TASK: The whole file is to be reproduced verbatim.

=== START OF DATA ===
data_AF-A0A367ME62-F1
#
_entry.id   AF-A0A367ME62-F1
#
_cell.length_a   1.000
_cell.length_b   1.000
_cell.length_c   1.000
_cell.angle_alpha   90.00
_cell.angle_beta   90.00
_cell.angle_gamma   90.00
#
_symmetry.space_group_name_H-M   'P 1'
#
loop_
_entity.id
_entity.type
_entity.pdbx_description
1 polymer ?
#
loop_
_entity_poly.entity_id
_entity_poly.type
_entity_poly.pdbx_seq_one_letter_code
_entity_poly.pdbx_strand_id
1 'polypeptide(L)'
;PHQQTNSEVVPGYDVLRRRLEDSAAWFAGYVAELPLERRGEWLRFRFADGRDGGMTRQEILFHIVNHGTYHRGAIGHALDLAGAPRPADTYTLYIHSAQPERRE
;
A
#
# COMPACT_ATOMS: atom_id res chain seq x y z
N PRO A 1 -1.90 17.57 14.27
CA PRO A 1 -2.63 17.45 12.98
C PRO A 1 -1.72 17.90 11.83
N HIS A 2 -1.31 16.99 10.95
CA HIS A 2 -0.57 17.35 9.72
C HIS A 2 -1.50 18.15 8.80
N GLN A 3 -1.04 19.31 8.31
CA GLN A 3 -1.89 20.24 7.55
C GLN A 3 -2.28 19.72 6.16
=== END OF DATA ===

data_AF-A0A367ME62-F1
#
_entry.id   AF-A0A367ME62-F1
#
_cell.length_a   1.000
_cell.length_b   1.000
_cell.length_c   1.000
_cell.angle_alpha   90.00
_cell.angle_beta   90.00
_cell.angle_gamma   90.00
#
_symmetry.space_group_name_H-M   'P 1'
#
loop_
_entity.id
_entity.type
_entity.pdbx_description
1 polymer ?
#
loop_
_entity_poly.entity_id
_entity_poly.type
_entity_poly.pdbx_seq_one_letter_code
_entity_poly.pdbx_strand_id
1 'polypeptide(L)'
;PHQQTNSEVVPGYDVLRRRLEDSAAWFAGYVAELPLERRGEWLRFRFADGRDGGMTRQEILFHIVNHGTYHRGAIGHALDLAGAPRPADTYTLYIHSAQPERRE
;
A
#
# COMPACT_ATOMS: atom_id res chain seq x y z
N PRO A 1 -1.90 17.57 14.27
CA PRO A 1 -2.63 17.45 12.98
C PRO A 1 -1.72 17.90 11.83
N HIS A 2 -1.31 16.99 10.95
CA HIS A 2 -0.57 17.35 9.72
C HIS A 2 -1.50 18.15 8.80
N GLN A 3 -1.04 19.31 8.31
CA GLN A 3 -1.89 20.24 7.55
C GLN A 3 -2.28 19.72 6.16